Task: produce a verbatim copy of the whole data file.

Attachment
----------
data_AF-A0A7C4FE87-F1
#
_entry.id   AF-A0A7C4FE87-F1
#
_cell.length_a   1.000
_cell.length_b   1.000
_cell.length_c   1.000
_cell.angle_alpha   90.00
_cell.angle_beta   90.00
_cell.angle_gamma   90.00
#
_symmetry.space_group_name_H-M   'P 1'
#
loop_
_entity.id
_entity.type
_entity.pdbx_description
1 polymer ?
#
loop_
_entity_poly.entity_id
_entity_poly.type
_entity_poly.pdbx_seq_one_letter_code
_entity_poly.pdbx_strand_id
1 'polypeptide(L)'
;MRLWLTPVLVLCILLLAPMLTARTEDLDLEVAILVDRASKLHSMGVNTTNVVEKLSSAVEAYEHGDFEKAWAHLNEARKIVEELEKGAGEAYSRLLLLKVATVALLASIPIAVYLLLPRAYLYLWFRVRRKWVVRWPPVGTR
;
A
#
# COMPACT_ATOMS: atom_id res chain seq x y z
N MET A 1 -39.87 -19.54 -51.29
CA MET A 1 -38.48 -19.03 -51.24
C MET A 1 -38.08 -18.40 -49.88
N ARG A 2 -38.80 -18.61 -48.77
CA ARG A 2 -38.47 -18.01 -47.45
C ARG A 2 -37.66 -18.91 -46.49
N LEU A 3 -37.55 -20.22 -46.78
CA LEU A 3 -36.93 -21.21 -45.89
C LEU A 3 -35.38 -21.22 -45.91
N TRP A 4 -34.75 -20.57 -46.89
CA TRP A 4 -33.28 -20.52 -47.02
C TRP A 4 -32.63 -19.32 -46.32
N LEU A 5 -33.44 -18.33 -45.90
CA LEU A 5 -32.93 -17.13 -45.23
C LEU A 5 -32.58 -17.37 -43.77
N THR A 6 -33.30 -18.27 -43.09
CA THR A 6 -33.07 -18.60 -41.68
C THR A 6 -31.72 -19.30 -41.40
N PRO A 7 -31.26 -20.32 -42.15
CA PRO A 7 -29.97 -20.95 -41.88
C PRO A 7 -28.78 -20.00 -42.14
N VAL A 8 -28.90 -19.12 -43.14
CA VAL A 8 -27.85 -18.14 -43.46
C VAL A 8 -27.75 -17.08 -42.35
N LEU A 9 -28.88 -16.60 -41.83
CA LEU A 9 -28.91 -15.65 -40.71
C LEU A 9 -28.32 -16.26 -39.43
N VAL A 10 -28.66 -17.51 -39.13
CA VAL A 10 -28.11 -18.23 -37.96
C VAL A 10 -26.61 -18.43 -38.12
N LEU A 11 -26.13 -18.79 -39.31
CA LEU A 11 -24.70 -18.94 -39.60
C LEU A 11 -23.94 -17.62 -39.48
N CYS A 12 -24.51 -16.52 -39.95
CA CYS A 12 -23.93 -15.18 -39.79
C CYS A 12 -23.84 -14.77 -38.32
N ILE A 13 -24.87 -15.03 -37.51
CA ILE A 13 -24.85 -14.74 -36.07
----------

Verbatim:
data_AF-A0A7C4FE87-F1
#
_entry.id   AF-A0A7C4FE87-F1
#
_cell.length_a   1.000
_cell.length_b   1.000
_cell.length_c   1.000
_cell.angle_alpha   90.00
_cell.angle_beta   90.00
_cell.angle_gamma   90.00
#
_symmetry.space_group_name_H-M   'P 1'
#
loop_
_entity.id
_entity.type
_entity.pdbx_description
1 polymer ?
#
loop_
_entity_poly.entity_id
_entity_poly.type
_entity_poly.pdbx_seq_one_letter_code
_entity_poly.pdbx_strand_id
1 'polypeptide(L)'
;MRLWLTPVLVLCILLLAPMLTARTEDLDLEVAILVDRASKLHSMGVNTTNVVEKLSSAVEAYEHGDFEKAWAHLNEARKIVEELEKGAGEAYSRLLLLKVATVALLASIPIAVYLLLPRAYLYLWFRVRRKWVVRWPPVGTR
;
A
#
# COMPACT_ATOMS: atom_id res chain seq x y z
N MET A 1 -39.87 -19.54 -51.29
CA MET A 1 -38.48 -19.03 -51.24
C MET A 1 -38.08 -18.40 -49.88
N ARG A 2 -38.80 -18.61 -48.77
CA ARG A 2 -38.47 -18.01 -47.45
C ARG A 2 -37.66 -18.91 -46.49
N LEU A 3 -37.55 -20.22 -46.78
CA LEU A 3 -36.93 -21.21 -45.89
C LEU A 3 -35.38 -21.22 -45.91
N TRP A 4 -34.75 -20.57 -46.89
CA TRP A 4 -33.28 -20.52 -47.02
C TRP A 4 -32.63 -19.32 -46.32
N LEU A 5 -33.44 -18.33 -45.90
CA LEU A 5 -32.93 -17.13 -45.23
C LEU A 5 -32.58 -17.37 -43.77
N THR A 6 -33.30 -18.27 -43.09
CA THR A 6 -33.07 -18.60 -41.68
C THR A 6 -31.72 -19.30 -41.40
N PRO A 7 -31.26 -20.32 -42.15
CA PRO A 7 -29.97 -20.95 -41.88
C PRO A 7 -28.78 -20.00 -42.14
N VAL A 8 -28.90 -19.12 -43.14
CA VAL A 8 -27.85 -18.14 -43.46
C VAL A 8 -27.75 -17.08 -42.35
N LEU A 9 -28.88 -16.60 -41.83
CA LEU A 9 -28.91 -15.65 -40.71
C LEU A 9 -28.32 -16.26 -39.43
N VAL A 10 -28.66 -17.51 -39.13
CA VAL A 10 -28.11 -18.23 -37.96
C VAL A 10 -26.61 -18.43 -38.12
N LEU A 11 -26.13 -18.79 -39.31
CA LEU A 11 -24.70 -18.94 -39.60
C LEU A 11 -23.94 -17.62 -39.48
N CYS A 12 -24.51 -16.52 -39.95
CA CYS A 12 -23.93 -15.18 -39.79
C CYS A 12 -23.84 -14.77 -38.32
N ILE A 13 -24.87 -15.03 -37.51
CA ILE A 13 -24.85 -14.74 -36.07